Transcendence, Enlightenment, etc.

My friend and I have been spending some time swapping messages about transcendence and enlightenment recently. Of course, we have yet to figure out how to achieve either, but this story we love gives us a good hint:

When I was twenty-one and on a Buddhist studies program in India, I ordained temporarily with two Burmese nuns. In the Theravada tradition, monks and nuns cannot eat after noon, so around 5 p.m. every day the nuns would gather to drink lemon tea and talk about the dharma.

At that point in my life, I was jazzed about enlightenment and the end of suffering. I spoke passionately and intellectually about my experiences of noticing impermanence during meditation. After I shared some such heady, proud insights, one of the nuns smiled.

“When I first ordained as a nun,” she said, “I was always hoping to get enlightened. But now, after forty years of practice, nothing has happened!”

Then she burst out laughing, overflowing with joy. “Nothing happens!”

The other nun joined in gleefully. …

What is a monk?

Isn’t this the million dollar question, the question that can help us unlock the future of our life as monastics, and specifically for us, as Benedictines?

Over the next five weeks, we are watching a series from Michael Casey, OCSO titled Monasticism in the 21st Century: A View From the Trenches. It seems Fr. Casey will be addressing the current situation where the monastic family finds itself, emerging features of the life, and how we form ourselves to live this life into the future.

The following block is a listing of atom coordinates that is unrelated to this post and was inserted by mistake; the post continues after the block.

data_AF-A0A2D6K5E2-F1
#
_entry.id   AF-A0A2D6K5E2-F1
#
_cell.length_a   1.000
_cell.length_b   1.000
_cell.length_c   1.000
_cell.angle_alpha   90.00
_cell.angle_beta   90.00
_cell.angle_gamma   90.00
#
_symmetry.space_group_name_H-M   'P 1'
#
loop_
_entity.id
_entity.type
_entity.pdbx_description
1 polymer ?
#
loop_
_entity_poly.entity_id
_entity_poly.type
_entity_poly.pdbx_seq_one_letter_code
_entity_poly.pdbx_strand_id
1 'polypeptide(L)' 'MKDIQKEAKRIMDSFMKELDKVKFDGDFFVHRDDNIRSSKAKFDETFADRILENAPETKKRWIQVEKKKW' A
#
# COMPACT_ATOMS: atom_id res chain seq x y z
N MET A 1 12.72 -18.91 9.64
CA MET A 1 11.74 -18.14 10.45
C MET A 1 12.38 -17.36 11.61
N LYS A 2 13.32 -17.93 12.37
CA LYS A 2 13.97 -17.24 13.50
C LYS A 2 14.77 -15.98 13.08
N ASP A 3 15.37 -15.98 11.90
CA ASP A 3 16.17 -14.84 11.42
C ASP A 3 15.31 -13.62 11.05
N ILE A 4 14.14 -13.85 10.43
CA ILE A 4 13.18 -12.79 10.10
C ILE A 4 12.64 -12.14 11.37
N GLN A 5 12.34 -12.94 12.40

One issue the Cistercian monk raised was that it is difficult to define monasticism and the monk. Because the life is so dynamic and varied, it therefore carries with it a less-than-concrete definition. There are many orders, many ministries, many cultures, many, many, many. Because of this, there can be a lack of coherent vision about monastic life. 
He joked, “The monastery is about raising cows,” referencing some of the more agricultural communities. One sister sitting behind me misheard the quote, a…

The Truth

The lector read the lines of 1 Peter 5:5:

"And all of you, clothe yourselves with humility in your dealings with one another, for: 'God opposes the proud but bestows favor on the humble.'”

She walked away from the ambo and said under her breath, "Yeah, you got that right."
Yes, the God opposes the proud and favors the humble. Now, more than ever, we need these lines as our truth.
This little moment happened at Sunday morning prayer during a recent formation weekend. We spent the weekend reflecting on the topic of liturgy and the Benedictine life.
Liturgy, the center around which our lives orbit as Benedictines, takes many forms, but I have spent much time recently in gratitude for the Liturgy of the Hours. Not just because of moments like this that make you smile with hope, but because each day I watch the same women walk into chapel to be faithful to the life they have professed to live. It would be impossible to live conversatio, stability, or obedience without…

Send Us Forth

Last Wednesday we took our signs and went out to protest Donald Trump and his policies during his visit to Erie. It was a powerful experience, and once I saw the lyrics to our closing hymn at Liturgy this past Sunday (Send Us Forth—Bob Hurd), our choice made even more sense.

We gather as holy church, proclaiming your holy word,
Challenged anew by your gospel. Empower us daily
To work for your glory, with all who hope in your promise.